In 1961, pianist Ran Blake and vocalist Jeanne Lee, both graduates of Bard University, put out The Newest Sound Around, an unsettlingly intimate compendium of narcotized ballads that now stands as one of the more unusual recordings in jazz, a kind of outré masterpiece. Lee’s subdued, sonorous voice sounded like a ghostly combination of Sarah Vaughan, Abbey Lincoln, and Betty Carter, and Blake’s piano—bluesy, atonal, with classical flourishes—was a perfect foil on standards like “Lover Man,” “Laura,” and “When Sunny Gets Blue.”
Until recently, the only other documentation we had of this bizarre duo was from a 1989 album called You Stepped Out of a Cloud. But now a trove of new recordings, discovered in the archive of a Belgian broadcasting studio, has been collected on an excellent double album, The Newest Sound You Never Heard. These 33 songs—some recorded live, some in-studio—were made in Brussels in 1966 and 1967, and they’re a valuable addition to the oeuvre. (Lee died in 2000 and Blake is now 83.) This record has the same feeling and atmosphere as its antecedent, but the song list is more mainstream and therefore a bit wryer. So there are haunting melodies, including “On Green Dolphin Street” and “Lonely Woman,” alongside contemporary hits like “A Hard Day’s Night” and “Mister Tambourine Man.”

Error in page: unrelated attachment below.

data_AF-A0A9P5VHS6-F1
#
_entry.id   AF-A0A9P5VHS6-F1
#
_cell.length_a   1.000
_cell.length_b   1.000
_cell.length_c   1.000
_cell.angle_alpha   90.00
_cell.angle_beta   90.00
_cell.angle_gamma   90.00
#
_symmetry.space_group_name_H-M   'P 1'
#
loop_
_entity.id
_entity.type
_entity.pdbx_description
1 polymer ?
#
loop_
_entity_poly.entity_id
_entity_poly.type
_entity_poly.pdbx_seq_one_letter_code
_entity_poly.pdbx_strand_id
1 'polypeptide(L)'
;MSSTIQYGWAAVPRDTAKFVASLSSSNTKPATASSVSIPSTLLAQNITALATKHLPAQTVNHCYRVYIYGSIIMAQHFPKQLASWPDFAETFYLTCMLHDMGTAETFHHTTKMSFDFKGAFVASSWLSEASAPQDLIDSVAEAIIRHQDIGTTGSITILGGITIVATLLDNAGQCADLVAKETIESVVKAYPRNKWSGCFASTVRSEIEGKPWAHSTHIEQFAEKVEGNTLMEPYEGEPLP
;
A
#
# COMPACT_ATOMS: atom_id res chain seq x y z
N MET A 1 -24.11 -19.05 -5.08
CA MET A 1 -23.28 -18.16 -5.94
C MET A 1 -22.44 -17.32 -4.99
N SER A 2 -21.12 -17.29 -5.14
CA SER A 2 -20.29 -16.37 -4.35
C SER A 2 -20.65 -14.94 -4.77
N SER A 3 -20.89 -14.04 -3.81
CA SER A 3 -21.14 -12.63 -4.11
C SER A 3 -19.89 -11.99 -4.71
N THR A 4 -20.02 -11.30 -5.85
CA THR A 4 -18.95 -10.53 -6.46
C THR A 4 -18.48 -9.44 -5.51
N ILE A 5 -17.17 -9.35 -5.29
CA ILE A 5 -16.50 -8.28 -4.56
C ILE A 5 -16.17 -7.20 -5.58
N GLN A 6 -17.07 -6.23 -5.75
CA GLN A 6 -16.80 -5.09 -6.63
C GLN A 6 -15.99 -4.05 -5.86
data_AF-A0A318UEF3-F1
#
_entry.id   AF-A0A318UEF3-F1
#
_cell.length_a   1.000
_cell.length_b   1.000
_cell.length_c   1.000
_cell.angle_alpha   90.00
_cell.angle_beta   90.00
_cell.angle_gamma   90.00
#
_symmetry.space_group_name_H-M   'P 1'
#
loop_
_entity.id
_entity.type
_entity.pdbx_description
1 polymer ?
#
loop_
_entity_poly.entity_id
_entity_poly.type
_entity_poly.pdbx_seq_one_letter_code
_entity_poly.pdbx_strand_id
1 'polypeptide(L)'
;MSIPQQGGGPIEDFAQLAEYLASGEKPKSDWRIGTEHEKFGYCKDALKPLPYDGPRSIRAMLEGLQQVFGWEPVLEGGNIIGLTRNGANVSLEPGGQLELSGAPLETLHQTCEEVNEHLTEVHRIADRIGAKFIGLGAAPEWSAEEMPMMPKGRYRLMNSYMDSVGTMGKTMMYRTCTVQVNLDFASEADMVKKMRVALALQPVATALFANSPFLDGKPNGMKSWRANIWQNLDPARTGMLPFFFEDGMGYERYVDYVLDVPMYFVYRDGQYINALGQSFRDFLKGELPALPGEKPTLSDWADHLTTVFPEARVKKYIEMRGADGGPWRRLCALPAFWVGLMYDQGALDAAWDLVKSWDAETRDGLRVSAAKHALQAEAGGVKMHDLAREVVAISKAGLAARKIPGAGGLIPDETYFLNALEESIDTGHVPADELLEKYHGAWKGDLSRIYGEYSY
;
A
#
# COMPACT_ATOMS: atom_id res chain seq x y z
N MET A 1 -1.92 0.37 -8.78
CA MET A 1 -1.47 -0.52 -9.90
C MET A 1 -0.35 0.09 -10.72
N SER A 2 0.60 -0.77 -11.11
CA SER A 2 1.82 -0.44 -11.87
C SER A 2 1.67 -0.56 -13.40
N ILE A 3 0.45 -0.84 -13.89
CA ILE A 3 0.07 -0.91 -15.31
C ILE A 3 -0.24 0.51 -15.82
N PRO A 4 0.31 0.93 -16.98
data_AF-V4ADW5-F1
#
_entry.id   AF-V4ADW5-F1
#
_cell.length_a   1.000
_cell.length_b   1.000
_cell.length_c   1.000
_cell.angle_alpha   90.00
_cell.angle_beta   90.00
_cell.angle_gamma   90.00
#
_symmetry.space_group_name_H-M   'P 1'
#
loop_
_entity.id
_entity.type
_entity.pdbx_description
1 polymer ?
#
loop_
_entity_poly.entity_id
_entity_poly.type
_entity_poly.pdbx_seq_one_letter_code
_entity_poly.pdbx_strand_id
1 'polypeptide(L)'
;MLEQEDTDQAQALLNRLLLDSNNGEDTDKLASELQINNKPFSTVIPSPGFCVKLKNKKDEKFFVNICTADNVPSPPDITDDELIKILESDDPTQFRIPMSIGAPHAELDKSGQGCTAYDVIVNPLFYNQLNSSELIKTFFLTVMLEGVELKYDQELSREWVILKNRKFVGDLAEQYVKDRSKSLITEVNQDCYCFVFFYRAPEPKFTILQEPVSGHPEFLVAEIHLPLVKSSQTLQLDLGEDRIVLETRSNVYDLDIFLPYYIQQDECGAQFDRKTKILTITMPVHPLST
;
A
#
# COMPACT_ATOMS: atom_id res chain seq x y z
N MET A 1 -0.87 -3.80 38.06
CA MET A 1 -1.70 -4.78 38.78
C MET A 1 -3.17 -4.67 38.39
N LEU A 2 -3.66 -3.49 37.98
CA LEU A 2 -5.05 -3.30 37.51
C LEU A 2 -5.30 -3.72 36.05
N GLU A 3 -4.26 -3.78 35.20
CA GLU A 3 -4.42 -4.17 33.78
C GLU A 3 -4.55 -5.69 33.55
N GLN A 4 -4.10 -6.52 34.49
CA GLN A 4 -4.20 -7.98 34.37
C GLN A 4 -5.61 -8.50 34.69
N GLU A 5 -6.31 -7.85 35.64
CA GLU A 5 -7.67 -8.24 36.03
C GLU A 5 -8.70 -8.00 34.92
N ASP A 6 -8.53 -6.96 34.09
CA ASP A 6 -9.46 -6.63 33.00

Passed through the Blake-Lee prism, each tune is creepy and scarily beautiful. Even the over-covered “Take the ‘A’ Train” is deconstructed in such a way that it sounds unfamiliar, thanks to Blake’s minimalistic piano technique and Lee’s cubist phrasing: “Har-LAM, Har-LAM, Har-LAM!” It isn’t clear how influential Lee and Blake’s music has been. Cécile McLorin Salvant’s mysterious 2018 release, The Window, seems to have borrowed from it. But, on the whole, these recordings exist in their own weird and special world.